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Press Release

Traveling is for the dogs...and cats and other small pets

Wednesday, August 27, 2014

SEATTLE — With the state of Washington ranking sixth nationwide in households that own a pet, it comes as no surprise that hundreds of people fly out of Seattle-Tacoma International Airport (SEA) every day with their small animals. Traveling through the Transportation Security Administration security checkpoint with your small pet can be easy if you know what to expect.

"TSA recognizes that for many pet owners, their animals are an extension of their family and they want to travel together," said TSA Federal Security Director Jeff Holmgren, state of Washington. "Becoming familiar with the procedures of how to clear security quickly and easily is the first step to a great trip."

If a pet is traveling in the cabin of an airplane with its owner, TSA must screen it at the security checkpoint. Below is what pet owners can expect:

  • All pets should be brought to the security checkpoint in a hand-held travel carrier. Remove the pet from the carrier just prior to the beginning of the screening process.
  • Do not put the pet into the x-ray tunnel, which is used to screen a passenger's personal property and carry-on luggage. Place the empty travel carrier on the belt to be x-rayed.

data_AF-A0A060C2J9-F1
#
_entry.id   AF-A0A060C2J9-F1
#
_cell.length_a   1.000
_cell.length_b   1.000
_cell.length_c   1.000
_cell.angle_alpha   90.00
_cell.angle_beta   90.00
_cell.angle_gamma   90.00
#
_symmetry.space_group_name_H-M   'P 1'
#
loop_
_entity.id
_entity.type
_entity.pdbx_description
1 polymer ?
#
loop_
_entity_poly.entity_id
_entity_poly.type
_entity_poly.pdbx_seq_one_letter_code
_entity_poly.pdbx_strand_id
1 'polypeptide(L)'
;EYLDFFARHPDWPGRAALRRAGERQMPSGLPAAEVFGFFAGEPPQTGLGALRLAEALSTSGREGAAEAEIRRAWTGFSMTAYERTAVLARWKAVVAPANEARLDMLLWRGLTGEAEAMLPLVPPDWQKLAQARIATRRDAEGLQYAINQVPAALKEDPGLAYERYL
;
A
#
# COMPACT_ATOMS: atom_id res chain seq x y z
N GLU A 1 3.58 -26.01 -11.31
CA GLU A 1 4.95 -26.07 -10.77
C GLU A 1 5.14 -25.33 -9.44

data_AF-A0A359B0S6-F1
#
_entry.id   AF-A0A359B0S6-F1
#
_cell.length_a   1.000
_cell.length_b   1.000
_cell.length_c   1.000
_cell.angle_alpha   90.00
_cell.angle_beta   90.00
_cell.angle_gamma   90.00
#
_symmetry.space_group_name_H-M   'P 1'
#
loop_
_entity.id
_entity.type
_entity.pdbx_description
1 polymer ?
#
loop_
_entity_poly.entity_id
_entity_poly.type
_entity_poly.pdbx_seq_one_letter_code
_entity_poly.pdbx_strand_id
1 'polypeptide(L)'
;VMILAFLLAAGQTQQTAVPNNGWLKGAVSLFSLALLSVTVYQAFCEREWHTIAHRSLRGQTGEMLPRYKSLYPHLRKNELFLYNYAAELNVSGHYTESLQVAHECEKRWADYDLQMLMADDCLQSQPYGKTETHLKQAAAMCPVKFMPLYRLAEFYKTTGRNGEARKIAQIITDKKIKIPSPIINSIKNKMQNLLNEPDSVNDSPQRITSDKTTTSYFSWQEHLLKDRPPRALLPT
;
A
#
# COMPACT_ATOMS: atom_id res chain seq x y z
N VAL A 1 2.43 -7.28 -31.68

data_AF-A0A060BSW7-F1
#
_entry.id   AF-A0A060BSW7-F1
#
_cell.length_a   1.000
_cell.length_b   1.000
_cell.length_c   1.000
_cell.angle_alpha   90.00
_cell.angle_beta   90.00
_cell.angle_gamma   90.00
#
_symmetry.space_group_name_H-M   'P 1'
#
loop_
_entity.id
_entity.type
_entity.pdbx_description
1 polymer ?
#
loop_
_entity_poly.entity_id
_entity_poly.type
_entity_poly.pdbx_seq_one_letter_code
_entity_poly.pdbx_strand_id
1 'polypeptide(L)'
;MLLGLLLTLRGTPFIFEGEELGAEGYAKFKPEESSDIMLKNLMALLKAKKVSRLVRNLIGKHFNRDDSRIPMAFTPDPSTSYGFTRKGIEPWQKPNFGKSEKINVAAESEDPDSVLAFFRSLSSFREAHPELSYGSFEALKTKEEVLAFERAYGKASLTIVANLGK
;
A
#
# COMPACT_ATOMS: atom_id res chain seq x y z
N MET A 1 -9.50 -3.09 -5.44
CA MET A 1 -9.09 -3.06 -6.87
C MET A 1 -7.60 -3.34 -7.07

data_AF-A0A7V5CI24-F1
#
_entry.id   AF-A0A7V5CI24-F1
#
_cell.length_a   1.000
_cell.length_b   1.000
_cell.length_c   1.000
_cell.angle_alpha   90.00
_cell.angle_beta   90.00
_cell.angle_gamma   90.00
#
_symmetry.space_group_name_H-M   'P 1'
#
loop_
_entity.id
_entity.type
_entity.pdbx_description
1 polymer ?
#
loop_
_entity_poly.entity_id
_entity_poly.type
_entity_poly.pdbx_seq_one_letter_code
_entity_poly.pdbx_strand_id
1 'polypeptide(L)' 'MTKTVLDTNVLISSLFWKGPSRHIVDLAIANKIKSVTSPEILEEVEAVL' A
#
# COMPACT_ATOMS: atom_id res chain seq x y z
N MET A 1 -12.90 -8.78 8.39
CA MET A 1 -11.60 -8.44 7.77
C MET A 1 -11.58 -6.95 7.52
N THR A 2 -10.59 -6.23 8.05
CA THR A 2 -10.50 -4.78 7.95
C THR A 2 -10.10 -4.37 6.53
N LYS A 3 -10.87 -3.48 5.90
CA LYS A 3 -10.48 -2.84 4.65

• The pet should be carried during the screening process; alternately, a pet can walk thru the process if the owner has the pet on a leash.
  • A TSA officer will give the pet owner’s hands an explosive trace detection swab to ensure there is no explosive residue on the hands.
  • Once the screening process is completed, owners should return the pet to the travel carrier at the re-composure area, away from the security checkpoint for the safety of the pet as well as other passengers.

Other helpful travel tips to make your trip thru security as easy as possible include:

  • Acclimate the pet to the process of traveling by familiarizing it with the travel carrier in the days leading up to the trip. This will help ensure it is more relaxed as it travels thru the security process and the airport.
  • Avoid bringing pets to an area of the airport where a “working” K9 is operating with its handler. Areas where it is common to see a working K9 may include a security checkpoint or in the airport concourse.
  • Know the temperament of your pet and ensure that you can maintain control of it in a busy and potentially crowded environment at the airport.
  • Prior to arriving at the checkpoint, consider visiting one of SEA’s two designated “pet relief” areas located at the north and south ends of the airport. There is a pet relief area located post-security near the concourse B exit, across from Hudson News.
  • Pet travel restrictions vary by airline, so please check with your air carrier before arriving at the airport.

For information on traveling with service animals or for other special circumstances, please visit this site or contact TSA by calling 866-289-9673 or emailing TSA-ContactCenter@tsa.dhs.gov. Additional information on traveling with pets is available via the TSA Blog.

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